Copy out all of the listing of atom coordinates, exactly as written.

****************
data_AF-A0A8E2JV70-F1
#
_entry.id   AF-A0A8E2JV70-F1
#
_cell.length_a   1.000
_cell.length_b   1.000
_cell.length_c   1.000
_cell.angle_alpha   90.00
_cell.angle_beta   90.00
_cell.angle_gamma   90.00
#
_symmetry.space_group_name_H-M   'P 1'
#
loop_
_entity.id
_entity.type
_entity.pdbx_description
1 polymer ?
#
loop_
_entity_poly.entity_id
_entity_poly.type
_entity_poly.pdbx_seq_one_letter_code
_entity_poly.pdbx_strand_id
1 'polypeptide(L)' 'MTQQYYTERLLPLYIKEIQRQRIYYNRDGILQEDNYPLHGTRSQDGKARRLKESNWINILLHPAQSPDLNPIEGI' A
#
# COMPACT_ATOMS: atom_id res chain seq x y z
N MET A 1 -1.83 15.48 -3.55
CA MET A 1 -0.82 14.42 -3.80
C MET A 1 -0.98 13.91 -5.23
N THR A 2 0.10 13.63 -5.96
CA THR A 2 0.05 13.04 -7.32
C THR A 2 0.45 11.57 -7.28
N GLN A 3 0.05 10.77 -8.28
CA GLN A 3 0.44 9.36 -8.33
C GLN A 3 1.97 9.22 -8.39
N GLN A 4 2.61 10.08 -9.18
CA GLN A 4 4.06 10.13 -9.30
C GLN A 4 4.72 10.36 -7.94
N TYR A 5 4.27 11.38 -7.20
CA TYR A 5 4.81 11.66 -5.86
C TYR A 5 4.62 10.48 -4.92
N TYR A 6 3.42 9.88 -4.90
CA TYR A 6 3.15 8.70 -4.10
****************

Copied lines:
data_AF-A0A8E2JV70-F1
#
_entry.id   AF-A0A8E2JV70-F1
#
_cell.length_a   1.000
_cell.length_b   1.000
_cell.length_c   1.000
_cell.angle_alpha   90.00
_cell.angle_beta   90.00
_cell.angle_gamma   90.00
#
_symmetry.space_group_name_H-M   'P 1'
#
loop_
_entity.id
_entity.type
_entity.pdbx_description
1 polymer ?
#
loop_
_entity_poly.entity_id
_entity_poly.type
_entity_poly.pdbx_seq_one_letter_code
_entity_poly.pdbx_strand_id
1 'polypeptide(L)' 'MTQQYYTERLLPLYIKEIQRQRIYYNRDGILQEDNYPLHGTRSQDGKARRLKESNWINILLHPAQSPDLNPIEGI' A
#
# COMPACT_ATOMS: atom_id res chain seq x y z
N MET A 1 -1.83 15.48 -3.55
CA MET A 1 -0.82 14.42 -3.80
C MET A 1 -0.98 13.91 -5.23
N THR A 2 0.10 13.63 -5.96
CA THR A 2 0.05 13.04 -7.32
C THR A 2 0.45 11.57 -7.28
N GLN A 3 0.05 10.77 -8.28
CA GLN A 3 0.44 9.36 -8.33
C GLN A 3 1.97 9.22 -8.39
N GLN A 4 2.61 10.08 -9.18
CA GLN A 4 4.06 10.13 -9.30
C GLN A 4 4.72 10.36 -7.94
N TYR A 5 4.27 11.38 -7.20
CA TYR A 5 4.81 11.66 -5.86
C TYR A 5 4.62 10.48 -4.92
N TYR A 6 3.42 9.88 -4.90
CA TYR A 6 3.15 8.70 -4.10